Monica – New Life
2.75 stars out of 5
In the classic plotting of an average pop star’s trajectory, Monica is on a “good” upswing. She’s married, she’s happy, she’s mending relationships (see: duet with Brandy on “It All Belongs To Me”), she’s maturing and she’s finally becoming a woman. The styling, the songs, the placement in the media, EVERYTHING is being positioned to mirror this fact. With her latest album New Life, Monica is embracing these things vocally and lyrically, for the most part. There are some fumbles and forays into all too familiar territory, but for the most part, she’s aging gracefully as illustrated on this disc.
However, Monica’s classic and continuing blunder in my opinion has been her song selection. Can Monica sing? Yes. That’s never been a question since she came out the gate. When a Monica song is good, it’s good. It’s memorable. Her unique voice and vibrato have always set her apart from the common “here today, gone tomorrow” R&B starlet. Moncia has been in the business for many a year, and has had good and bad deals, struggled through a lot, and then brought her fans into her world via her music so that they could understand and share the journey with her, which has contributed to her longevity in the business.
But once again, Monica doesn’t smartly choose her material in my opinion. Hands down, the best songs are the ones produced by Missy Elliott and/or co-written by Jazmine Sullivan. The duo saves the album with some fair-to-middling tunes that stand out relatively as the best of the disc. “Until It’s Gone” is the best song on this album. Other standouts are “Cry”, also co-written by Sullivan, and the Polow Da Don-produced “Without You”. Other than those however, the songs blend together and Monica’s voice gets lost in a sea of tepid-R&B/hip-hop influenced flotsam and jetsam. Honorable mention goes to Cainon Lamb, however. I’m not sure if it is Monica’s interpretation of the songs or the songs themselves that makes this album feel a bit “flat”.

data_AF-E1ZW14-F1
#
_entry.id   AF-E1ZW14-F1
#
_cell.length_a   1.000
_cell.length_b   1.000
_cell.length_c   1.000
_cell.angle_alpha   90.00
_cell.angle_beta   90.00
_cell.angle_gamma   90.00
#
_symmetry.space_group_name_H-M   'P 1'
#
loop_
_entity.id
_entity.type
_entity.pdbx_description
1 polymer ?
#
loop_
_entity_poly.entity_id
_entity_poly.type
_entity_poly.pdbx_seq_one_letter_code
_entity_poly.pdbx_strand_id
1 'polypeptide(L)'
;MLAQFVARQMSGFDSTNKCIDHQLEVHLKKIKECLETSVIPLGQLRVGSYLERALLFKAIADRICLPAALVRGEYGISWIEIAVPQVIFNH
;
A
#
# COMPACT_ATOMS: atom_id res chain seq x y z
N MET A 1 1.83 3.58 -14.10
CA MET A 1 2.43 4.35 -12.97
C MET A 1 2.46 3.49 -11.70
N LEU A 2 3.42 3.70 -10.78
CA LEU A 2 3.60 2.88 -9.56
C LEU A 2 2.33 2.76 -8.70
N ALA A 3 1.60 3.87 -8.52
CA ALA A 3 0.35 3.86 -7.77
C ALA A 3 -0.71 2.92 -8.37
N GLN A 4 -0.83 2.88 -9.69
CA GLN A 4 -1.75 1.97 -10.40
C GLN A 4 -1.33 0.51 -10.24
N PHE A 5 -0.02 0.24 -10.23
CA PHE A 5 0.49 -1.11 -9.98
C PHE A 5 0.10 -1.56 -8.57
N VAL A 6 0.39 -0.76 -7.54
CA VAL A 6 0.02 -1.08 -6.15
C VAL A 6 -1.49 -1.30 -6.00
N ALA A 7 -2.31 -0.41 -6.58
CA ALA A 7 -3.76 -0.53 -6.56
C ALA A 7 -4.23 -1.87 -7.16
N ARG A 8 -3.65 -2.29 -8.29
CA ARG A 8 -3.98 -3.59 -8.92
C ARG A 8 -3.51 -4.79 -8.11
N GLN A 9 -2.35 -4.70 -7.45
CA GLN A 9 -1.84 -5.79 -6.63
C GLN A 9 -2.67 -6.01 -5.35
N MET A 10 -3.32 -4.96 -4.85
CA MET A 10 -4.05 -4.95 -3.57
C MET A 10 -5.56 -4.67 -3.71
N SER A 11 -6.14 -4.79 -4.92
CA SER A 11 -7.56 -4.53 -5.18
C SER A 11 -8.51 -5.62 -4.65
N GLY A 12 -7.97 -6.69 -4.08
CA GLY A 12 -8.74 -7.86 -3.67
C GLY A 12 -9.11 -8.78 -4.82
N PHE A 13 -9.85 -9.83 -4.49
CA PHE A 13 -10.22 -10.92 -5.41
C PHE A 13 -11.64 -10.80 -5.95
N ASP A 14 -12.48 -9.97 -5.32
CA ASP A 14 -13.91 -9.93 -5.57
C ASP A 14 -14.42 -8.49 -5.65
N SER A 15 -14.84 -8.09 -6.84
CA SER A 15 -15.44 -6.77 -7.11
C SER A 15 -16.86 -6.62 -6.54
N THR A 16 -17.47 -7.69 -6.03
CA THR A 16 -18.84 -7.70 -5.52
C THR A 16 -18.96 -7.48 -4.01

It’s especially jarring however after listening to “It All Belongs To Me” how much a well-written song makes a difference. If you contrast Brandy & Monica’s other duet to this “new” duet of theirs, you truly see how the SONG was great, and they were just key players in it. What made “The Boy Is Mine” magical was the well-written song and production. It was different. It was fresher. Even the song structure of it was original, because the chorus/hook preceded anything else. “It All Belongs To Me” comes across as cliche’ and too targeted for pop crossover, and fails even at that. “Anything To Find You” is a failed attempt to include the ever-buzzing Rick Ross, and is immediately forgettable as a single.
Overall, Monica sounds great. We’re glad for her. But she has had chance after chance, scrapped album after scrapped album and single, to prove her place in the pantheon of R&B history. She’ll always be recognizable because of her past achievements, but at some point, will her later material continue to hold her a place in R&B’s future?